StokerCon 2022 Book Haul

               One of the things I love most about writing conferences are the books. I’ve attended four conferences now and, somehow, I manage to walk away from each of them with a stack of new reads no matter how I try to control myself. The benefit of StokerCon, of course, is that these books are all horror, dark fantasy, and full of spooky goodness. The conference contains a Dealer’s Room where presses and businesses sell books for the whole weekend, a Librarian’s Day with the chance to grab ARCs from publishers, and an Author Signing event where you can buy them direct from the source (and usually get a good deal and an autograph).

               While I wasn’t fully prepared for a book haul in 2019, I was ready this year. I gave myself a budget, pulled out cash ahead of time, and left plenty of room in my suitcase. It was still a bit of a squeeze on the way home, but I managed to come in below budget and grab more than a few books for free. If all goes to plan, you might be seeing reviews for these beauties on here in the future.

               What dark delights did I find at StokerCon?

  • Goddess of Filth by V. Castro. A group of friends summon something that may not be demonic when they perform a drunken séance.
  • Hairspray and Switchblades by V. Castro. An exotic dancer tries to protect her sister and stay safe from a serial killer who’s after their jaguar-shifter pelts.
  • Anoka by Shane Hawk. This collection of six short stories dives into Indigenous horror with various themes like “family, grief, loneliness, and identity.”
  • Always the First to Die by R.J. Jacobs. An actress returns to the set of her most iconic role and finds reality begins to resemble that same horror film.
  • Children of Demeter by EV Knight. A sociologist researches a commune that disappeared in the 1970s.
  • They Drown Our Daughters by Katrina Monroe. This “queer modern Gothic” mixed with ghost story involves a small oceanside town, three generations of women, and a threat in the turbulent water.
  • Don’t Go to Sleep by Bryce Moore. A true crime mystery that investigates the Axe Man of New Orleans in 1918 through the perspective of a teenage girl.
  • Cherish Farrah by Bethany C. Morrow. A social horror that follows two friends, Cherish and Farrah, as the only Black girls in their community and how certain privileges divide them and the cost of climbing higher.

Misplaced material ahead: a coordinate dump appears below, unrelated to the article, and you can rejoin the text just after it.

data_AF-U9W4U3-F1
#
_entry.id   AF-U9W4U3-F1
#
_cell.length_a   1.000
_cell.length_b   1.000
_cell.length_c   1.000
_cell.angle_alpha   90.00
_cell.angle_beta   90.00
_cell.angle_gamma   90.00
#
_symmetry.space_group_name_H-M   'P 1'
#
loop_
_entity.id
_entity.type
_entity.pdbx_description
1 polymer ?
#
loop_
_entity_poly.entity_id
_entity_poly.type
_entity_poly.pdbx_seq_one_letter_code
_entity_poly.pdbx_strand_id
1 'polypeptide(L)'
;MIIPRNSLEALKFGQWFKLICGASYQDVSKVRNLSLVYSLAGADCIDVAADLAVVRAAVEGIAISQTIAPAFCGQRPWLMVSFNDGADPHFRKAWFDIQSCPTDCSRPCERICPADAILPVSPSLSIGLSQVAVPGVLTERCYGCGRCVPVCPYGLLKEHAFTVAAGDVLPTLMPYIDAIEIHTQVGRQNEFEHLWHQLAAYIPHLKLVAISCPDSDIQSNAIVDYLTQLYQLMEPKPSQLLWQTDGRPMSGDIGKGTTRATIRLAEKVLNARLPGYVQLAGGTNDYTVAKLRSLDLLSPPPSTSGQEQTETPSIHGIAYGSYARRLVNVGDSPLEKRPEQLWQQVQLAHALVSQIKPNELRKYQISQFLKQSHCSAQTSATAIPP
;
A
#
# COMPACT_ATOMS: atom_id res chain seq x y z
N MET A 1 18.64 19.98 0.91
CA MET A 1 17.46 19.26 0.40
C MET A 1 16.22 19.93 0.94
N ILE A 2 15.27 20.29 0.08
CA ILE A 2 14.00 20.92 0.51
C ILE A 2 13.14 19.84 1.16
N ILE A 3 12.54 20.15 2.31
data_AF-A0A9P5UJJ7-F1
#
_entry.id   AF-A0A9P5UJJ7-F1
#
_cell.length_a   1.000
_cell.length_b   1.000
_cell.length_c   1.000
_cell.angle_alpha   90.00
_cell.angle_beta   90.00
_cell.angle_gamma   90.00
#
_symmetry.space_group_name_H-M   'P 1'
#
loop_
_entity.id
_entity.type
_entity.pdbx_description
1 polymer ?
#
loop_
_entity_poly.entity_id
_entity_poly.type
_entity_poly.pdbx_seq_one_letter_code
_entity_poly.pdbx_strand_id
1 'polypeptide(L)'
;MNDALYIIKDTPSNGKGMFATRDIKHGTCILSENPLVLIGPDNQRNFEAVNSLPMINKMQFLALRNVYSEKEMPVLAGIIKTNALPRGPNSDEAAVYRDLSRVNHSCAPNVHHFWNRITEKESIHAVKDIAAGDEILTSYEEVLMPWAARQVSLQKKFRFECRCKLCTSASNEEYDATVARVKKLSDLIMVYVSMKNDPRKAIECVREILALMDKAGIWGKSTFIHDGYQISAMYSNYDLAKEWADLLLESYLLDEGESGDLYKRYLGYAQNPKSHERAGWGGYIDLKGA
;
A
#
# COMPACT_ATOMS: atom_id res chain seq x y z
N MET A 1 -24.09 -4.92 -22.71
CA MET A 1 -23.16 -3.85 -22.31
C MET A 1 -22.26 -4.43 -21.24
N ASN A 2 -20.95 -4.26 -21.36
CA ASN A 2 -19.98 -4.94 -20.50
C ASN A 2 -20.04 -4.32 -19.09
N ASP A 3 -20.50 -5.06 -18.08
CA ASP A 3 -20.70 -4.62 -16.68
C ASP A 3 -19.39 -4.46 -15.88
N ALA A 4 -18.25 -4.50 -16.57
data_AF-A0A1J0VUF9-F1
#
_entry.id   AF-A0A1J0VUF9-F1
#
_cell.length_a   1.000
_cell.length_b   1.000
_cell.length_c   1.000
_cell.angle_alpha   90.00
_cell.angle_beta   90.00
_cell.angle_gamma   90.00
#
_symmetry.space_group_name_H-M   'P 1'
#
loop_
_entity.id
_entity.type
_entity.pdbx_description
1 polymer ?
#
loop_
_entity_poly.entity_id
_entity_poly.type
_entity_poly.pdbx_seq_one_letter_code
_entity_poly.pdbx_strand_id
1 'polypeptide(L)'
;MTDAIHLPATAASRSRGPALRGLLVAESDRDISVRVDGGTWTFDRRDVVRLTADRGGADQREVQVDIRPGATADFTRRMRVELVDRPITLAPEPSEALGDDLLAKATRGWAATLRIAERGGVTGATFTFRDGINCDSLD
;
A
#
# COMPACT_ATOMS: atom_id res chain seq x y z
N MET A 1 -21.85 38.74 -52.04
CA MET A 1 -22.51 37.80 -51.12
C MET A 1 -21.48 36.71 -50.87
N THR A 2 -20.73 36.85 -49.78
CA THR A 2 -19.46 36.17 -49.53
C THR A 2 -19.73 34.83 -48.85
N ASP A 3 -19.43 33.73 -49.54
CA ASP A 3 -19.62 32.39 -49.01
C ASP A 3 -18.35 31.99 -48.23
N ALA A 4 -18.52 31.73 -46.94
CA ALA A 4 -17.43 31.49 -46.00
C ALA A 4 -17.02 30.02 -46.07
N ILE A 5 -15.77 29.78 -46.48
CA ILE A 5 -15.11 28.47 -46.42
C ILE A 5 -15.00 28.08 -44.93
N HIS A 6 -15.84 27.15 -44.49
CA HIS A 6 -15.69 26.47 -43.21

• Black Cranes: Tales of Unquiet Women edited by Lee Murray and Geneve Flynn. Winner of the 2021 Stoker Award for Best Anthology, this collection contains haunting stories by Southeast Asian writers.
  • Into the Forest and All the Way Through by Cynthia Pelayo. This poetry collection revolves around numerous true crime cases of missing and murdered women. 
  • StokerCon 2022 Souvenir Anthology edited by Cynthia Pelayo. This year’s book is beautifully designed and full of the usual chapters on important people and events during the Con, but also gives a lot of good insight and information for newcomers.
  • Flowers for the Sea by Zin E. Rocklyn. A pregnant woman among refugees on an ark may be carrying something more than human.
  • Under Her Skin edited by Lindy Ryan and Toni Miller. This dark poetry collection focuses on feminine body horror as told by women (cis and trans) and non-binary femmes in horror. 
  • Cradleland of Parasites by Sara Tantlinger. This harrowing poetry collection is inspired by the Black Plague.
  • Hunters of the Lost City by Kali Wallace. A young girl discovers the world may survive beyond her small town despite magical war and plague. (I don’t normally read middle grade horror but enjoyed Shallow Graves, so I figure I’ll give this a shot).
  • Sundial by Catriona Ward. This psychological horror involves a mother and daughter unearthing past secrets deep in the Mojave Desert.

I’m impressed by the size of my haul and excited on how many ARCs I grabbed. Even better is that most of these were purchased from the author or editor responsible for the creation, and I got to appreciate their work personally versus buying it online or in my local bookstore. I don’t imagine I’ll love all of these books, but that’s standard for any haul. I’m glad I found so many works by women in horror, by diverse authors, and can open my mind to all the terrors horror can give us now.

Looks like I have some late nights with the lights on ahead of me.